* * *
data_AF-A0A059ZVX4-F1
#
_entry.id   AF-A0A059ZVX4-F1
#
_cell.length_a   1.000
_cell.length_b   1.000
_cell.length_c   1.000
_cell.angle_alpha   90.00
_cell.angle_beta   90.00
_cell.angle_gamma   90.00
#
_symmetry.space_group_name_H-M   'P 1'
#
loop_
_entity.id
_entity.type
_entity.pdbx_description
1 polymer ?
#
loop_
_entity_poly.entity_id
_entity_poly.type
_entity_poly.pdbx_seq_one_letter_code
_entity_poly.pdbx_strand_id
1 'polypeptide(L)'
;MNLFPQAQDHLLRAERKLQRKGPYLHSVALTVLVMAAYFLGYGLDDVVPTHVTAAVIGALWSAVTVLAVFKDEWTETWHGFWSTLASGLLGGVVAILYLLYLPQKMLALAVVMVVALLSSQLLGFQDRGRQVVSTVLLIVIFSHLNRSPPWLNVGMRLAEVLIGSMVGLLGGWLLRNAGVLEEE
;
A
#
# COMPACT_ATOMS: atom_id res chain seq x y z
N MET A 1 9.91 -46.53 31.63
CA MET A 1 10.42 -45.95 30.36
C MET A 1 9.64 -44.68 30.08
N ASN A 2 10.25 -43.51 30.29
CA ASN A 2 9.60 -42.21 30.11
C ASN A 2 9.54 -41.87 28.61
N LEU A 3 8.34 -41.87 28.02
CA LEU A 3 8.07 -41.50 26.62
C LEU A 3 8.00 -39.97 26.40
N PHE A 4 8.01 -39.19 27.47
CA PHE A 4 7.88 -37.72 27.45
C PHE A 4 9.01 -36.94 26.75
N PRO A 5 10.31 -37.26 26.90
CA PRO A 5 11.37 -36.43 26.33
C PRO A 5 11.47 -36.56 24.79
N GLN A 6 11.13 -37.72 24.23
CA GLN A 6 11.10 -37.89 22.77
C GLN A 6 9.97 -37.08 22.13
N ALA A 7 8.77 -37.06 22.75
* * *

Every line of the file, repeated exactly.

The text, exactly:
data_AF-A0A059ZVX4-F1
#
_entry.id   AF-A0A059ZVX4-F1
#
_cell.length_a   1.000
_cell.length_b   1.000
_cell.length_c   1.000
_cell.angle_alpha   90.00
_cell.angle_beta   90.00
_cell.angle_gamma   90.00
#
_symmetry.space_group_name_H-M   'P 1'
#
loop_
_entity.id
_entity.type
_entity.pdbx_description
1 polymer ?
#
loop_
_entity_poly.entity_id
_entity_poly.type
_entity_poly.pdbx_seq_one_letter_code
_entity_poly.pdbx_strand_id
1 'polypeptide(L)'
;MNLFPQAQDHLLRAERKLQRKGPYLHSVALTVLVMAAYFLGYGLDDVVPTHVTAAVIGALWSAVTVLAVFKDEWTETWHGFWSTLASGLLGGVVAILYLLYLPQKMLALAVVMVVALLSSQLLGFQDRGRQVVSTVLLIVIFSHLNRSPPWLNVGMRLAEVLIGSMVGLLGGWLLRNAGVLEEE
;
A
#
# COMPACT_ATOMS: atom_id res chain seq x y z
N MET A 1 9.91 -46.53 31.63
CA MET A 1 10.42 -45.95 30.36
C MET A 1 9.64 -44.68 30.08
N ASN A 2 10.25 -43.51 30.29
CA ASN A 2 9.60 -42.21 30.11
C ASN A 2 9.54 -41.87 28.61
N LEU A 3 8.34 -41.87 28.02
CA LEU A 3 8.07 -41.50 26.62
C LEU A 3 8.00 -39.97 26.40
N PHE A 4 8.01 -39.19 27.47
CA PHE A 4 7.88 -37.72 27.45
C PHE A 4 9.01 -36.94 26.75
N PRO A 5 10.31 -37.26 26.90
CA PRO A 5 11.37 -36.43 26.33
C PRO A 5 11.47 -36.56 24.79
N GLN A 6 11.13 -37.72 24.23
CA GLN A 6 11.10 -37.89 22.77
C GLN A 6 9.97 -37.08 22.13
N ALA A 7 8.77 -37.06 22.75